As shown in Fig. 5a, NiSe exhibited exceptional ammonia conversion performance, with a potential of only 1.52 V required to drive a current density of 100 mA cm-2, much lower than the value of 1.79 V for OER. The multistep chronopotentiometric curve of NiSe demonstrated that the potential of the NiSe-based-electrode maintained stability at various current densities, indicating outstanding mass transfer properties and mechanical robustness in the ammonia-alkaline electrolyte (inset of Fig. 5a). According to the in situ Raman results, the pair of bands at 481 and 561 cm-1 at potentials above 0.40 V was attributed to Ni-O vibrations in NiOOH, whereas the peak for NiOOH disappeared after the introduction of ammonia (Fig. 5b) [46, 47]. This strongly implied that NiIIIOOH as a reactive species was rapidly consumed in the ammonia oxidation process, whereby anodic charge transfer can be intensified by minimizing the energy consumption required for Ni conversion. The phenomenon could also be revealed by the high-resolution XPS spectra of Ni and Se, and EDX element mapping after long-term activation (Fig. S26). By contrast, Raman results for the Co-based electrodes after reaction indicated that the CoIII=O vibrational mode could be preserved in the two electrolytes (Fig. S27) [48, 49]. Furthermore, Co K-edge peaks obtained by in situ XANES measurements of the Co2P/CoP NAs electrode after applying a potential of 0.45 V versus Ag/AgCl were almost at the same energy in the two electrolytes, implying that the oxidized proportion of Co could be well maintained (Fig. 5c). These results suggested that the ammonia had only a slight effect on the high specific capacity of the electrode. Correspondingly, in the presence of ammonia, similar areal capacitance was observed via comparison of the integrated CV area and calculated charge-discharge curves obtained in basic conditions (Fig. S28). Notably, the Co2P/CoP NAs electrode exhibited weaker oxidation ability toward ammonia in comparison with that of the NiSe electrode (Fig. S29). Thus, the NiSe electrode was chosen as the anode to oxidize ammonia.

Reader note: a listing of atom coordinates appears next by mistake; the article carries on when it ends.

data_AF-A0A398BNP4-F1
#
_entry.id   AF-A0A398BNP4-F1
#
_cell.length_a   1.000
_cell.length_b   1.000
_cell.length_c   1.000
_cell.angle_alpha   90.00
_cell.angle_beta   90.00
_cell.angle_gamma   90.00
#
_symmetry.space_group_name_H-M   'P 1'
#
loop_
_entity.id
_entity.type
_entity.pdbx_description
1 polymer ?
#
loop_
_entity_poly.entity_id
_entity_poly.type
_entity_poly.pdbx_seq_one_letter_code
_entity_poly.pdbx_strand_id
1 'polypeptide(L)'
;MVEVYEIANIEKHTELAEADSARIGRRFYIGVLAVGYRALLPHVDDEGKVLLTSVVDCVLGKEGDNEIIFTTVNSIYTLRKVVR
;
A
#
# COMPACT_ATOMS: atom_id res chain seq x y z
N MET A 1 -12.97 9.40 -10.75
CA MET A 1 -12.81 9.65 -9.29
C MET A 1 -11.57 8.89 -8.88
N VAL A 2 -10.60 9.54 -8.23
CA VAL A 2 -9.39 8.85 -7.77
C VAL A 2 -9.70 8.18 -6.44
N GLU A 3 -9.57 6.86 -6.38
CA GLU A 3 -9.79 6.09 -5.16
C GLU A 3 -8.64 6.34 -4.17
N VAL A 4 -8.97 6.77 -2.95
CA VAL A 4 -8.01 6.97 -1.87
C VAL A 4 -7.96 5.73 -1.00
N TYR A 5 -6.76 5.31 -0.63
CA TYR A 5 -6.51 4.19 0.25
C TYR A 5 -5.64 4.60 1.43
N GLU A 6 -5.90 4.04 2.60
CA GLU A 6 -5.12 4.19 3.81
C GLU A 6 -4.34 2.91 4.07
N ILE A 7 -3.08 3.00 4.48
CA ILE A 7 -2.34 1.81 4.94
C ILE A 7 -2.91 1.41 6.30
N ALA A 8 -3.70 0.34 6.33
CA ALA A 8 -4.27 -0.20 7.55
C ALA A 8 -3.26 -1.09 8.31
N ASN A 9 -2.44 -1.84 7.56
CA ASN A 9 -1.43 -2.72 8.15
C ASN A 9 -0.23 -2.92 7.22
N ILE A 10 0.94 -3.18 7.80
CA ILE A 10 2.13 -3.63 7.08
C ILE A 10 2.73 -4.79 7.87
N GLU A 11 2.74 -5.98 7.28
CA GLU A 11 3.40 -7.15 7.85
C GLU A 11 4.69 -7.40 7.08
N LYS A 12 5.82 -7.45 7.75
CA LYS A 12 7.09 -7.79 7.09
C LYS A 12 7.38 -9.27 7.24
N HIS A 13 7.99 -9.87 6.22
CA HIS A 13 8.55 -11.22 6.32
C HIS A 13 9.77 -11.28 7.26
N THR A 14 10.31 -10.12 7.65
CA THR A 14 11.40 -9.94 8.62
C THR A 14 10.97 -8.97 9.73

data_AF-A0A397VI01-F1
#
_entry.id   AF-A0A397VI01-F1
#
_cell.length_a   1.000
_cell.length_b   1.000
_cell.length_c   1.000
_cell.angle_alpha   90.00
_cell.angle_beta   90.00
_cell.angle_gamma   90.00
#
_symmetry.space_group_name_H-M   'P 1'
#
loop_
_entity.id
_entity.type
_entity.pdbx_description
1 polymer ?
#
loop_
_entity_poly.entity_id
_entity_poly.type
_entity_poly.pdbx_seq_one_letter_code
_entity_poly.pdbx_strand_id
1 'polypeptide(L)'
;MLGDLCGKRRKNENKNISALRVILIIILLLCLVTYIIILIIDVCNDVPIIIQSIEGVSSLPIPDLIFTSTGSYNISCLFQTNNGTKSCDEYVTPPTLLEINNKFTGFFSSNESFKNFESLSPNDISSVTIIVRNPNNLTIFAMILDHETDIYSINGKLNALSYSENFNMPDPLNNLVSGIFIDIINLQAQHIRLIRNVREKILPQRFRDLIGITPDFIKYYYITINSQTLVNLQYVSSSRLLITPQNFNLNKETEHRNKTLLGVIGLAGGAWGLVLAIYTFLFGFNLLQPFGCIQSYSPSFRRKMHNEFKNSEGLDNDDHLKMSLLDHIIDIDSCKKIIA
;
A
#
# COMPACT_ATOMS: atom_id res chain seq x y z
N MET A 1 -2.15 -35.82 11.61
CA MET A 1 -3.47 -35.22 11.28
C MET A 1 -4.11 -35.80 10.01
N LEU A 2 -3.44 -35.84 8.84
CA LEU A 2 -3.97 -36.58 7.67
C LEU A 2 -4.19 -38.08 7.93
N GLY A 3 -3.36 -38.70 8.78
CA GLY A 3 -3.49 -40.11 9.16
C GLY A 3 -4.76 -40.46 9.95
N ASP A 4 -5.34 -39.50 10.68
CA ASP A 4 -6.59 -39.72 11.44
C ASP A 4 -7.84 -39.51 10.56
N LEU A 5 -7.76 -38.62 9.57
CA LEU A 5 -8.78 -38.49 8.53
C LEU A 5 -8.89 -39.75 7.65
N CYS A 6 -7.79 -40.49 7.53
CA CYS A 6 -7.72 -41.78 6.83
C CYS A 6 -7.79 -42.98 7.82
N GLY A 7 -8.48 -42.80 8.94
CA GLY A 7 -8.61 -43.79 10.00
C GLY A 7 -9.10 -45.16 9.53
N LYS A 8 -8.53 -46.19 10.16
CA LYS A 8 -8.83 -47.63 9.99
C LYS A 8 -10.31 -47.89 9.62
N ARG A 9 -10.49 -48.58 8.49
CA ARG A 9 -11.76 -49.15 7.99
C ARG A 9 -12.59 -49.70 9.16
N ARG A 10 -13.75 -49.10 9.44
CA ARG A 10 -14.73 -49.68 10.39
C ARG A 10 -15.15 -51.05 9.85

Fig. 5 a CV curves of NiSe in 1.0 M KOH with presence/absence of ammonia. (Multistep chronopotentiometric curves of NiSe/NF at different current densities are shown as insets). b Raman spectra of the NiSe/NF as a function of potential in basic condition (left) and ammonia containing solution (right). c In-situ Co K-edge XANES for Co2P/CoP NAs electrode recorded in various electrolytes. Experiments were carried out during potentiostatic process at the potential of 0.45 V versus Ag/AgCl. d Chronopotentiometry curve for reactor at a current density of 10 mA cm-2, where the voltages for H2 production (Step 1) and N2 production (Step 2) are labeled by the blue and purple lines, respectively. Chronopotentiometry data (potential versus time) of the HER electrode (crimson line), Co2P/CoP NAs electrode (green line) and AOR electrode (brown line) are provided. AOR denotes ammonia oxidation reaction. e Chronopotentiometry curves of H2/N2 generation cycle at a current density of 20 mA cm-2. Chronopotentiometry data of step 1 (H2 generation) and step 2 (N2 generation) are labeled with blue and pink lines, respectively